Seattle Opera’s X reflects on Malcolm X’s legacy, past and present

United StatesUnited States Anthony Davis, X: The Life and Times of Malcolm X: Soloists, Seattle Opera, Seattle Symphony / Kazem Abdullah (conductor). McCaw Hall, Seattle, 25.2.2024. (ZC)

Kenneth Kellogg (Malcolm) © Sunny Martini

Director – Robert O’Hara
Sets – Clint Ramos
Costumes – Dede Ayite
Lighting – Alex Jainchill
Projections – Yee Eun Nam
Choreographer – Rickey Tripp

Malcolm – Kenneth Kellogg
Elijah / Street – Joshua Stewart
Louise / Betty – Leah Hawkins
Ella / Queen Mother – Ronnita Miller
Reginald – Joshua Conyers
Young Malcolm – Jace Johnson
Social Worker / Reporter 1 – Allison Pohl
Cop / Reporter 2 – Chad Demaris

X: The Life and Times of Malcolm X is a groundbreaking work, and its 1986 premiere marked a significant moment for both the composer and the opera world. X finally graced the stage of The Metropolitan Opera in late 2023, a further – if belated – recognition of the opera’s impact. In early 2024, it was eagerly welcomed by Seattle audiences. (Robert O’Hara’s staging is a co-production with The Metropolitan Opera, Detroit Opera, Lyric Opera of Chicago, and Opera Omaha)

Beyond its artistic merit, X has proved to be a powerful social force. Performances in Seattle drew a notably diverse audience, especially for a region of historically lower diversity. This alone suggests that contemporary opera has the potential to go beyond traditional boundaries and engage a wider range of people when tackling relevant, thought-provoking themes. The success of X serves as a beacon of hope, demonstrating that opera can evolve and stay relevant in an ever-changing cultural landscape.

Even though X is nearly forty years old, it is hauntingly prescient for contemporary audiences. X’s relevance extends beyond the historical importance of Malcolm X and is acutely captured by each character’s encounters with a racist social, governmental or political order. The transgressions begin almost immediately with the murder of Malcolm’s father by white supremacists, and the narrative flows seamlessly into Malcolm’s time in prison – a not uncommon experience for young Black men then as it is now. Even the opera’s end, with Malcolm as another victim of gun violence in what was almost certainly a politically motivated assassination, carries sad relevance in today’s world.

The opera traces Malcolm’s life in broad strokes from childhood to death. Anthony Davis’s treatment of Malcolm’s early years tends to drag, though the narrative picks up when Malcolm (Kenneth Kellogg) is sent to prison and is introduced to the teachings of Elijah Mohammed (Joshua Stewart), then the head of the Nation of Islam. Kellogg and Stewart are bright spots in an otherwise uneven cast (both appeared in Seattle Opera’s recent production of Blue by Jeanine Tesori and Tazewell Thompson). Stewart’s sinewy tenor beautifully conveyed Mohammed’s charisma, while Kellogg delivered a thunderous performance that embodied his confidence and command. Notable performances also came from Ronnita Miller, who excelled as the Queen Mother but was more difficult to hear as Ella, Malcolm’s sister. Like Miller, Leah Hawkins sang two roles, Betty and Leah – and her Betty oozed warmth as Malcolm X’s confidant and wife.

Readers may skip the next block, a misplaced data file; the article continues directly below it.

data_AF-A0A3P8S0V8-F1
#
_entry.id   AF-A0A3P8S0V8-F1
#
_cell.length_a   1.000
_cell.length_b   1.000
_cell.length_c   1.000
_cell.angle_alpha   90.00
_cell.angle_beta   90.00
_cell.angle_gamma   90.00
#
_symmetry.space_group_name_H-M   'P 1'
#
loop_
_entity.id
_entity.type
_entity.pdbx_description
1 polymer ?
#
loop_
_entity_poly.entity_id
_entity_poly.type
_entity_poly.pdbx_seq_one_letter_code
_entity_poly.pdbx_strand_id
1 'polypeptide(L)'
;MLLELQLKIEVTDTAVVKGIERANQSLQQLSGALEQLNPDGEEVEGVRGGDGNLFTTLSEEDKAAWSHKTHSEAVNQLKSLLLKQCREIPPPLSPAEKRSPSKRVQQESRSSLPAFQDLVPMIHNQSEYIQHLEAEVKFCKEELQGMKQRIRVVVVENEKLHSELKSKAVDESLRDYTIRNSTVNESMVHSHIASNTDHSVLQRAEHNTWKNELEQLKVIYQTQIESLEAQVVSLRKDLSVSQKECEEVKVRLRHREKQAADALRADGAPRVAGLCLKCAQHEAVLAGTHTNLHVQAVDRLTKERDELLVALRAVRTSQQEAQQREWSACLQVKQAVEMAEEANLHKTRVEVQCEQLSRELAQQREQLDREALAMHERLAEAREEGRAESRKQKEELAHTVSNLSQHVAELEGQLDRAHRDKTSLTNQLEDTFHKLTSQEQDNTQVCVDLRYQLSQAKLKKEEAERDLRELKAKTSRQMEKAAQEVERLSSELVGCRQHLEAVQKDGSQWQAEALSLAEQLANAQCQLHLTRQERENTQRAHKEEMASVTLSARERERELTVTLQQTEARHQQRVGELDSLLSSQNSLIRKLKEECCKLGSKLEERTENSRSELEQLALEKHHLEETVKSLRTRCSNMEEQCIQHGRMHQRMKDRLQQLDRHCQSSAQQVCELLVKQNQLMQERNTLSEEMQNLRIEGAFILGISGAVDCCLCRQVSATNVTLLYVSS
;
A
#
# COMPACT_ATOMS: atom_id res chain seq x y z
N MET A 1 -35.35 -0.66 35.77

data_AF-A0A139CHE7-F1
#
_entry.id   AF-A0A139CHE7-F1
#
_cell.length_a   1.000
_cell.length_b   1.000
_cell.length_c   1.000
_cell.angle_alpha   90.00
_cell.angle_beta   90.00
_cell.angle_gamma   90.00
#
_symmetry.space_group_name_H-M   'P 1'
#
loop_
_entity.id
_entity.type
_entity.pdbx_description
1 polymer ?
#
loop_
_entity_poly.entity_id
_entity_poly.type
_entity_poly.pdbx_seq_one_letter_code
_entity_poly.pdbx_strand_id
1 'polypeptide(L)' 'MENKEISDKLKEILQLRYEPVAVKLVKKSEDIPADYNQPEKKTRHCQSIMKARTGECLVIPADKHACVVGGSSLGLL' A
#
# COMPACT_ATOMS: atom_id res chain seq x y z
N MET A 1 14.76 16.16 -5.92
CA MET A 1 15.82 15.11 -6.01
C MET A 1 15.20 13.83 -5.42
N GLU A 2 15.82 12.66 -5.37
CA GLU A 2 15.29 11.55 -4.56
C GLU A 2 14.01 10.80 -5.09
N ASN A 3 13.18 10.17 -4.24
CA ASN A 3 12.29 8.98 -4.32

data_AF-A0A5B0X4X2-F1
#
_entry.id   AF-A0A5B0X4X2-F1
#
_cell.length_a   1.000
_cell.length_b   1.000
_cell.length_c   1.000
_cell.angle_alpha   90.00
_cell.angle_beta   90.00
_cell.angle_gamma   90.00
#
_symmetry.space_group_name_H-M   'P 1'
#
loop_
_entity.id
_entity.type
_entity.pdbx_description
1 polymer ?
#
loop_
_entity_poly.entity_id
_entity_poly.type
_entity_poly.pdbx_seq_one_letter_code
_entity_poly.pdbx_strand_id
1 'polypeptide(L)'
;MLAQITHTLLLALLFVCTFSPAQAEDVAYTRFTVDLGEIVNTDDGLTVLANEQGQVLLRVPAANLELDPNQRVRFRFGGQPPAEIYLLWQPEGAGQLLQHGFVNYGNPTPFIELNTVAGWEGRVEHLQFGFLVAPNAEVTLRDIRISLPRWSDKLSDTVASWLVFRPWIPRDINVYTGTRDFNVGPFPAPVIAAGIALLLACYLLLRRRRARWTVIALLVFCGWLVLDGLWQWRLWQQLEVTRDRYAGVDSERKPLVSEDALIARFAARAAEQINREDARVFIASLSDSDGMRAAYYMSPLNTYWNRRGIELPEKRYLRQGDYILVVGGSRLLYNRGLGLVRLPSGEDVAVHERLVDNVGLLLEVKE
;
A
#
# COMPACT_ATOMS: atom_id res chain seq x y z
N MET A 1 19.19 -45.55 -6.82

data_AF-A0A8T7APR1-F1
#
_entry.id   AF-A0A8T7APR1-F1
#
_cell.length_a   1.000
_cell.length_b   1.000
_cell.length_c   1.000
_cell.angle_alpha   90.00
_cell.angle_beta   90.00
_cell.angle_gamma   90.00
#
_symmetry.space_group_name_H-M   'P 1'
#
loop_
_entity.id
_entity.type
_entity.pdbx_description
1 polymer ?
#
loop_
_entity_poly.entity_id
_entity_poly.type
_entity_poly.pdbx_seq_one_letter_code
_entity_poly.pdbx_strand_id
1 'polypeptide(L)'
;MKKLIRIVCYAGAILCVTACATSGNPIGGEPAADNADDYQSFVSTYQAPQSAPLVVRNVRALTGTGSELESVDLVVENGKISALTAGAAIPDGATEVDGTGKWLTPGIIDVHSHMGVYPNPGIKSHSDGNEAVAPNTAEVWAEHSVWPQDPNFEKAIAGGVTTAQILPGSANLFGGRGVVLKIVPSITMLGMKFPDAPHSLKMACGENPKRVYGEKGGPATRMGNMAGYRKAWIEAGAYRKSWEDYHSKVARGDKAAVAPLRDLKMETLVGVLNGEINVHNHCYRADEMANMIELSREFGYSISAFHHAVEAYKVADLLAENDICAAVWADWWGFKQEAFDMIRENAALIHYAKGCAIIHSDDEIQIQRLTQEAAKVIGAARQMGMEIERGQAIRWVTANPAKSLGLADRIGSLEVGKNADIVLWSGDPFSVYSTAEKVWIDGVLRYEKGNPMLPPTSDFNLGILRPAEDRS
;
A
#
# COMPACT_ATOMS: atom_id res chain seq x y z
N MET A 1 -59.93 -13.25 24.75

Clint Ramos’s sets, which are some of the best to grace McCaw Hall in recent seasons, straddle the line between traditional and futuristic. A terraced, sloping structure hanging above the stage gives the production an otherworldly feel, and moveable ladders, antique microphones, exposed brick and small framed sets provide a timelessness that orients the audience in the mid-twentieth century. Near the opera’s end, Ramos deploys dozens of lamps suspended over the stage to achieve an awe-inspiring effect for Malcolm X’s pivotal visit to Mecca, which reoriented the activist’s calling near the end of his life.

Seattle Opera’s X: The Life and Times of Malcolm X © Philip Newton

Under Kazem Abdullah’s baton, the Seattle Symphony delivered a vibrant performance of Davis’s energetic score. The music, a captivating blend of Alban Berg’s influence, jazz and improvisation, felt both familiar and refreshingly modern. Mirroring Malcolm X’s multifaceted character, the score defies easy categorization. It is dynamic and constantly evolving, echoing the complexities of the civil rights leader’s life and legacy. Despite its complexity, the music remains engaging and intriguing, drawing the audience into Malcolm X’s journey and challenging them to grapple with his story.

In its fusion of music, narrative and social commentary, the opera is a poignant testament to the enduring relevance of Malcolm X. Striking sets, masterful conducting and epic performances by Joshua Stewart and Kenneth Kellogg contribute to a multi-dimensional portrayal of him. The opera resonates with themes of racial injustice and personal transformation, honoring his memory and prompting us to reflect on the continued struggles for equality and justice in our society.

Zach Carstensen

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